A second source of heterogeneity in contact patterns arises from a respondent's profession or occupation. Although the questionnaires allowed for a free response for occupation, for comparison, we categorized each occupation into one of a set of 17 basic classes (e.g. health, office or school child; see electronic supplementary material for more details). Of the 5027 respondents, 175 did not provide an occupation, whereas a further 200 could not be readily assigned to a particular class. Figure 4 shows the relationship between total contact hours and a participants occupation; where applicable, we separate results into those days when a respondent works (pink) and those when they do not (green).

Figure 4.

Heterogeneity in the number of contact hours by occupation. Box and whisker plot showing the median, quartiles and 95 percentiles of contact hours; occupations are ordered by median number of contact hours. For each occupation category, we show the number of respondents in brackets (work days and non-work days) and distinguish between days at work or school (red), from non-working days (green); for some occupations (pre-school, home, retired and unemployed, shown in grey), such a distinction is not possible. For each category, where the contact hour distributions are significantly greater or less than the total sampled population they are shown with a left-facing triangles or right-facing triangles symbol, respectively, and with an circles denotes when no significant difference is observed.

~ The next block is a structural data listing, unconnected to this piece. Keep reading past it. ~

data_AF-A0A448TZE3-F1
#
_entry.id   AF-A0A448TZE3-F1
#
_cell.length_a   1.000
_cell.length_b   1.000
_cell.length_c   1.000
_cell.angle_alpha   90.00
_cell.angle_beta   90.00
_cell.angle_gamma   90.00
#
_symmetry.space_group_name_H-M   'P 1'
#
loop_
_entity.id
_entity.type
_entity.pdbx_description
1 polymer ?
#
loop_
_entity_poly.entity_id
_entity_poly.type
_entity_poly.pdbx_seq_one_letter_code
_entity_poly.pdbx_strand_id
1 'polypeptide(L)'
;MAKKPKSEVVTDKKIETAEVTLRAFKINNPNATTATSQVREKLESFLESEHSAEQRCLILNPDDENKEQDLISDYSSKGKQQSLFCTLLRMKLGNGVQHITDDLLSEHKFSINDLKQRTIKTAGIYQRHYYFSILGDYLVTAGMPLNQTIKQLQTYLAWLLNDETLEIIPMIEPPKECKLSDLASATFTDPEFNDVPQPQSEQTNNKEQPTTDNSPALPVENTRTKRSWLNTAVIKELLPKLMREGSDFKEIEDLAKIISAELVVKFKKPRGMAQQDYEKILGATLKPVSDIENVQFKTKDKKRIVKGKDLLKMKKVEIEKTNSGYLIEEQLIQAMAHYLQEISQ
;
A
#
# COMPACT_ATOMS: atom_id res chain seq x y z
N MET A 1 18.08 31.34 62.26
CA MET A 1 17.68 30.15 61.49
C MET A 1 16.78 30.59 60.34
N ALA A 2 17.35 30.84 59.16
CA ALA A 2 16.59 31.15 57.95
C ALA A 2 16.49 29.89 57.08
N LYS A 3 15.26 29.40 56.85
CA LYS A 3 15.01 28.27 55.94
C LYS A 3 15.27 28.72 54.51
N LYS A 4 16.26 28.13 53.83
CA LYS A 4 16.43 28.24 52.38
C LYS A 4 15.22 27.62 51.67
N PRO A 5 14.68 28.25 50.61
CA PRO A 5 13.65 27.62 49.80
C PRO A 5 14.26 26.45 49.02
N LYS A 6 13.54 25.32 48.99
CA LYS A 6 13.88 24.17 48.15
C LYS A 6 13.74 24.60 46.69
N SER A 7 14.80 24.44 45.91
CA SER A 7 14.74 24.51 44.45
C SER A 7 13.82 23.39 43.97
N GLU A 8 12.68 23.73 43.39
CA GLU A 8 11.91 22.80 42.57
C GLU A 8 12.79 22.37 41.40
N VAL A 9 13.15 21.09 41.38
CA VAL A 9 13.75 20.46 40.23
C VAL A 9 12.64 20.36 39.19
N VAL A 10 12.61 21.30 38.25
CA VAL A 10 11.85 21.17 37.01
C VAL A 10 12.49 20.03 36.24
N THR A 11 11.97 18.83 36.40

Figure 4 reinforces our earlier findings that school children have predominantly more contact hours than the rest of the population, whereas retired (and therefore presumably older) people have substantially less. However, figure 4 allows us to delve into the impact of occupation in more detail; for example, teachers and service workers have significantly more contacts on working days than the national average, whereas researchers have significantly fewer (significance is established by Kolmogorov–Smirnov testing at the 95% level). In addition, unemployed people (although not individuals who have decided not to work, e.g. stay-at-home parents) tend to have the lowest number of contacts and are comparable with retired people. While such relationships between contact rate and occupations agree with intuition, our findings permit us to quantify these differences. For example, during a working day, a teacher or a healthcare worker, on average, has a least 50 per cent more contact hours than either unemployed or retired people.